In a world stricken by a climate crisis, desperate for clean energy and rife with conflict, Inna Rodina and her master’s degree are set to stand out. That’s because her qualification from the American Middlebury Institute for International Studies is on what has been described as a “realistic solution to humanity’s greatest problem”: nuclear energy.
Specifically, their peaceful uses and how international cooperation can achieve this.
Despite her potentially world-changing programme, Rodina was just like any other international student: high tuition fees.
That is, until she won a nuclear energy scholarship offered by the International Atomic Energy Agency’s (IAEA) Marie Sklodowska-Curie Fellowship Programme . The scholarships supports women students in the field of nuclear energy. Today, Rodina is the first out of 100 scholars to graduate from the uni.
“Good knowledge in the field of nuclear energy gives not only many professional opportunities, but also skills that make it possible to really change the world for the better for everyone,” she says in an interview with Archynetys.
Below we speak to this Russian graduate on her passion for international affairs, nuclear energy, and her scholarship application process:
Walk us through your interest in international relations and affairs.
I’ve been interested in international relations since childhood. This was during the time my aunt told me about the Moscow State Institute of International Relations (MGIMO).
So, it became a dream of mine to study at MGIMO. However, it took a lot of hard work to enter the institute. I went through 11 diligent years of study at school and won the Russian television humanitarian olympiad.
This was called “Umnitsy and Umniki” which then led me to MGIMO.
What made you apply for the scholarship under the Marie Sklodowska-Curie Fellowship programme?
During my undergraduate studies, I met an amazing professor named Mr. Ildar Akhtamzyan who encouraged my passion about nuclear policy and nonproliferation. After receiving my degree, my choice was obvious.
This was to pursue a dual degree at MGIMO and Monterrey Initiative in Russian Studies (MIIS) in non proliferation and terrorism studies. This then led me to another dream, the IAEA.
When my friend told me about the fellowship I was not hesitant to apply straight away.
Walk us through your career trajectory in nuclear energy since graduating.
This June, I successfully defended my master’s thesis on “Peaceful Uses of Nuclear Energy: Prospects, Challenges and Legal Models for Russian Cooperation with the Middle East” and received my degree.
I am determined that this programme was an excellent choice for me. During the course, I’ve met wonderful professors whose knowledge and experience helped me get closer to my dream of becoming a professional in the field of nuclear policy and nonproliferation.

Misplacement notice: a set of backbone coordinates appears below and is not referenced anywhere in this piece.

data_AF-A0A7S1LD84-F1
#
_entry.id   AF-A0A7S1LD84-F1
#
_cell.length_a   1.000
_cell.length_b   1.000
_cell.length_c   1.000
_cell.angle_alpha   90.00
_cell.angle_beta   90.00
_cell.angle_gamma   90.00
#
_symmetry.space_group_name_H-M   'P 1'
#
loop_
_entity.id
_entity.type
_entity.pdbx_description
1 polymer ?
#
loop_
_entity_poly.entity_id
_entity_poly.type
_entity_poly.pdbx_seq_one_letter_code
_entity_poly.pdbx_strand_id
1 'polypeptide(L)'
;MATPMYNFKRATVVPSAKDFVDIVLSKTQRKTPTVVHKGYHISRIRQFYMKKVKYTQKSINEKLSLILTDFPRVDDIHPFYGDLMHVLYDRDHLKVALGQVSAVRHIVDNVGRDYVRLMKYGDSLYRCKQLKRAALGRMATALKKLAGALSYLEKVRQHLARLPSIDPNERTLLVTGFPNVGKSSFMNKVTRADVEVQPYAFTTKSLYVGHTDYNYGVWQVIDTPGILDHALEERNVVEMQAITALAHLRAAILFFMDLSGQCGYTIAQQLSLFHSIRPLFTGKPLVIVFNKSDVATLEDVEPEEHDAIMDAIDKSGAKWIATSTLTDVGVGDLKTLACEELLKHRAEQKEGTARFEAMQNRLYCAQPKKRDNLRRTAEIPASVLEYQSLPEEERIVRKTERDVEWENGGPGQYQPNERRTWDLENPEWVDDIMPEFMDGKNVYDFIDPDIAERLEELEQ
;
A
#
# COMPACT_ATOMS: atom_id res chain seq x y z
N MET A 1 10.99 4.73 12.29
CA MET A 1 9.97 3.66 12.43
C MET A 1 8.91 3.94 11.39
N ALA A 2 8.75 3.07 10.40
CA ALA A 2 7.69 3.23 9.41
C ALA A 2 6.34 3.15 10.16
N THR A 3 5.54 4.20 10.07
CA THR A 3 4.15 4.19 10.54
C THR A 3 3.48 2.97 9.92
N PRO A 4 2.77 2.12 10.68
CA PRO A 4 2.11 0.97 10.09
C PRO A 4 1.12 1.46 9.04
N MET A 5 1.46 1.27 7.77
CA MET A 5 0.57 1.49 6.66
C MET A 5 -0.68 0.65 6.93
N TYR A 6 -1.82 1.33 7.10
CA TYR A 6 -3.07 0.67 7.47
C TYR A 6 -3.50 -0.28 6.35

Thus, it wasn’t difficult to find a job in nuclear energy as in July, I was hired by the Centre for Energy and Security Studies (CENESS). In August, I was also hired as an international training specialist for Rosatom Technical Academy.
For now, I feel that I’m getting a terrific experience out of my career. I have the opportunity to apply my knowledge and skills but also learn a lot. I’m sure I’m on the right path to become an excellent professional in the field. January next year, I plan to head to the IAEA for an internship.
Can you tell us about the practical learning elements in your course and how you apply them to your life now?
It was obligatory to take an internship during the final semester under my master’s programme. So, I was lucky enough to be an intern at the Vienna Centre for Disarmament and Nonproliferation.
I met great professionals and gained new practical knowledge in nuclear energy there. The internship also helped me conduct excellent research for my thesis.
Moreover, during my studies, I took a one-year internship at PIR Centre where I successfully defended a research paper. This was the “Development of nuclear energy in Saudi Arabia within the framework of Saudi Vision 2030 in terms of prospects for nuclear energy cooperation and nonproliferation risks”.
My paper was then published in the Security Index both in English and Russian.
What are your tips for students to budget their finances abroad?
While in the US, I was working at the James Martin Centre for Nonproliferation Studies as a graduate research assistant. I was also a graduate researcher at the Graduate Initiative in Russian Studies which helped me budget my time there.
It goes without saying, my experience there was terrific.
Any words of advice for international students who want to enroll in the same course as you?
Believe in yourself, follow your dream, and good luck of course.